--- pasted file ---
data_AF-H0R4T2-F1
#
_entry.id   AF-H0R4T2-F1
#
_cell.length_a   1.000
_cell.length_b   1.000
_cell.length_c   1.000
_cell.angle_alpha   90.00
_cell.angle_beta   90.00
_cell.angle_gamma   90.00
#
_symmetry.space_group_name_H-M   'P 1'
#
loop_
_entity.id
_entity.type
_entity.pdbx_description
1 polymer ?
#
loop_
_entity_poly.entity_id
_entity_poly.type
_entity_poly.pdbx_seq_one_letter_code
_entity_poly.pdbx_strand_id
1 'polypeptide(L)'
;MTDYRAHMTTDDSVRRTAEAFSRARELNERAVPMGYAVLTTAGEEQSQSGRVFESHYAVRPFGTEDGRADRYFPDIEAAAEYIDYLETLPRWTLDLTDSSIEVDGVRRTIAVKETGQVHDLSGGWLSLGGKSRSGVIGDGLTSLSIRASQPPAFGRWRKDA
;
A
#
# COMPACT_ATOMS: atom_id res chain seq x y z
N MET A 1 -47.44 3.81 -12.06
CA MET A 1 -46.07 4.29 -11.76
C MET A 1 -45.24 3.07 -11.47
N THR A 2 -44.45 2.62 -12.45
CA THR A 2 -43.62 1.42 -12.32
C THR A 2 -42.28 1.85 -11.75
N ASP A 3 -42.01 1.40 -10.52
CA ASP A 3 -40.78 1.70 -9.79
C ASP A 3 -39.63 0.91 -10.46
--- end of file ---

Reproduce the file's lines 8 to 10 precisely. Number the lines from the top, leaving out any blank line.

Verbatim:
_cell.angle_alpha   90.00
_cell.angle_beta   90.00
_cell.angle_gamma   90.00